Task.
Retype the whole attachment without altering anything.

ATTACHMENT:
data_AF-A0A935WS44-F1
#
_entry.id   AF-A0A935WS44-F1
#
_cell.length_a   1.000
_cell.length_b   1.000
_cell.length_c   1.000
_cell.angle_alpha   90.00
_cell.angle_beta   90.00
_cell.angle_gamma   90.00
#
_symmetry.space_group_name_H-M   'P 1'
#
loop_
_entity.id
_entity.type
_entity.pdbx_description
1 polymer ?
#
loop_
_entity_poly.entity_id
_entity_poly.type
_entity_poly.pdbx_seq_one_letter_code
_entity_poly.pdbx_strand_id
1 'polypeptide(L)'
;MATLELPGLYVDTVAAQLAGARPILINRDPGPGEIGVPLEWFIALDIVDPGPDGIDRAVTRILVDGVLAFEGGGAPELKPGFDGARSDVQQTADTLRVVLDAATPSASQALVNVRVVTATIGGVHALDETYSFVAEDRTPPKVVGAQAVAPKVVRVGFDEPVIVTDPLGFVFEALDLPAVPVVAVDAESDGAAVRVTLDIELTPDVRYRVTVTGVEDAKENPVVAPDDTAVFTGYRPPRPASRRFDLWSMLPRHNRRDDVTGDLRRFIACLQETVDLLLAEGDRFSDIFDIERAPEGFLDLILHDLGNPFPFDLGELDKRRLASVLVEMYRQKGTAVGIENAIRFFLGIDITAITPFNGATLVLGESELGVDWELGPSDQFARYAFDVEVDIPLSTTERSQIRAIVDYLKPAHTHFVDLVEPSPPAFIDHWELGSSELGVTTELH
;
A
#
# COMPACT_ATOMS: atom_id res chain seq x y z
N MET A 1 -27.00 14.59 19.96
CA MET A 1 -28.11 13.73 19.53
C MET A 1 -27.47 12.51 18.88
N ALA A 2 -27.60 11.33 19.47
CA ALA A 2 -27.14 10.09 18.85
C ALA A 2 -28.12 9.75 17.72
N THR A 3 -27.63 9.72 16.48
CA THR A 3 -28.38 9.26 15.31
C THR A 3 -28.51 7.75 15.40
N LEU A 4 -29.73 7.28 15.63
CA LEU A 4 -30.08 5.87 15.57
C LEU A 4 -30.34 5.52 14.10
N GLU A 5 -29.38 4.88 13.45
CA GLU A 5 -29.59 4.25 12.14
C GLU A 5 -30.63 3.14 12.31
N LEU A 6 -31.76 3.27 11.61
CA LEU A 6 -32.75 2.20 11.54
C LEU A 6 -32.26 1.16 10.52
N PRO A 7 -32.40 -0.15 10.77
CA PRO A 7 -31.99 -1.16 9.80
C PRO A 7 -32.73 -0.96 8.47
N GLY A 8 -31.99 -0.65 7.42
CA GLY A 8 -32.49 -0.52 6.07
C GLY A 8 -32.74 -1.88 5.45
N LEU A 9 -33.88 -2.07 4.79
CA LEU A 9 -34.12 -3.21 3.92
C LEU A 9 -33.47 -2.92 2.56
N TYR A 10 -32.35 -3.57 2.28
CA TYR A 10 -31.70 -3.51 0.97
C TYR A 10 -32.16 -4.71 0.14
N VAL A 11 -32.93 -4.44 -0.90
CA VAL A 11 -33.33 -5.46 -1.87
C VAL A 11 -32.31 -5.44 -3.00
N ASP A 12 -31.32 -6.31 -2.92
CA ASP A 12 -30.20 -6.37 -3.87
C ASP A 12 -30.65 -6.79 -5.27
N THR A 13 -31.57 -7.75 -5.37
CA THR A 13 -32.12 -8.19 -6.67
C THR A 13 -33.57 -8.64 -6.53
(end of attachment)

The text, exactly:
data_AF-A0A935WS44-F1
#
_entry.id   AF-A0A935WS44-F1
#
_cell.length_a   1.000
_cell.length_b   1.000
_cell.length_c   1.000
_cell.angle_alpha   90.00
_cell.angle_beta   90.00
_cell.angle_gamma   90.00
#
_symmetry.space_group_name_H-M   'P 1'
#
loop_
_entity.id
_entity.type
_entity.pdbx_description
1 polymer ?
#
loop_
_entity_poly.entity_id
_entity_poly.type
_entity_poly.pdbx_seq_one_letter_code
_entity_poly.pdbx_strand_id
1 'polypeptide(L)'
;MATLELPGLYVDTVAAQLAGARPILINRDPGPGEIGVPLEWFIALDIVDPGPDGIDRAVTRILVDGVLAFEGGGAPELKPGFDGARSDVQQTADTLRVVLDAATPSASQALVNVRVVTATIGGVHALDETYSFVAEDRTPPKVVGAQAVAPKVVRVGFDEPVIVTDPLGFVFEALDLPAVPVVAVDAESDGAAVRVTLDIELTPDVRYRVTVTGVEDAKENPVVAPDDTAVFTGYRPPRPASRRFDLWSMLPRHNRRDDVTGDLRRFIACLQETVDLLLAEGDRFSDIFDIERAPEGFLDLILHDLGNPFPFDLGELDKRRLASVLVEMYRQKGTAVGIENAIRFFLGIDITAITPFNGATLVLGESELGVDWELGPSDQFARYAFDVEVDIPLSTTERSQIRAIVDYLKPAHTHFVDLVEPSPPAFIDHWELGSSELGVTTELH
;
A
#
# COMPACT_ATOMS: atom_id res chain seq x y z
N MET A 1 -27.00 14.59 19.96
CA MET A 1 -28.11 13.73 19.53
C MET A 1 -27.47 12.51 18.88
N ALA A 2 -27.60 11.33 19.47
CA ALA A 2 -27.14 10.09 18.85
C ALA A 2 -28.12 9.75 17.72
N THR A 3 -27.63 9.72 16.48
CA THR A 3 -28.38 9.26 15.31
C THR A 3 -28.51 7.75 15.40
N LEU A 4 -29.73 7.28 15.63
CA LEU A 4 -30.08 5.87 15.57
C LEU A 4 -30.34 5.52 14.10
N GLU A 5 -29.38 4.88 13.45
CA GLU A 5 -29.59 4.25 12.14
C GLU A 5 -30.63 3.14 12.31
N LEU A 6 -31.76 3.27 11.61
CA LEU A 6 -32.75 2.20 11.54
C LEU A 6 -32.26 1.16 10.52
N PRO A 7 -32.40 -0.15 10.77
CA PRO A 7 -31.99 -1.16 9.80
C PRO A 7 -32.73 -0.96 8.47
N GLY A 8 -31.99 -0.65 7.42
CA GLY A 8 -32.49 -0.52 6.07
C GLY A 8 -32.74 -1.88 5.45
N LEU A 9 -33.88 -2.07 4.79
CA LEU A 9 -34.12 -3.21 3.92
C LEU A 9 -33.47 -2.92 2.56
N TYR A 10 -32.35 -3.57 2.28
CA TYR A 10 -31.70 -3.51 0.97
C TYR A 10 -32.16 -4.71 0.14
N VAL A 11 -32.93 -4.44 -0.90
CA VAL A 11 -33.33 -5.46 -1.87
C VAL A 11 -32.31 -5.44 -3.00
N ASP A 12 -31.32 -6.31 -2.92
CA ASP A 12 -30.20 -6.37 -3.87
C ASP A 12 -30.65 -6.79 -5.27
N THR A 13 -31.57 -7.75 -5.37
CA THR A 13 -32.12 -8.19 -6.67
C THR A 13 -33.57 -8.64 -6.53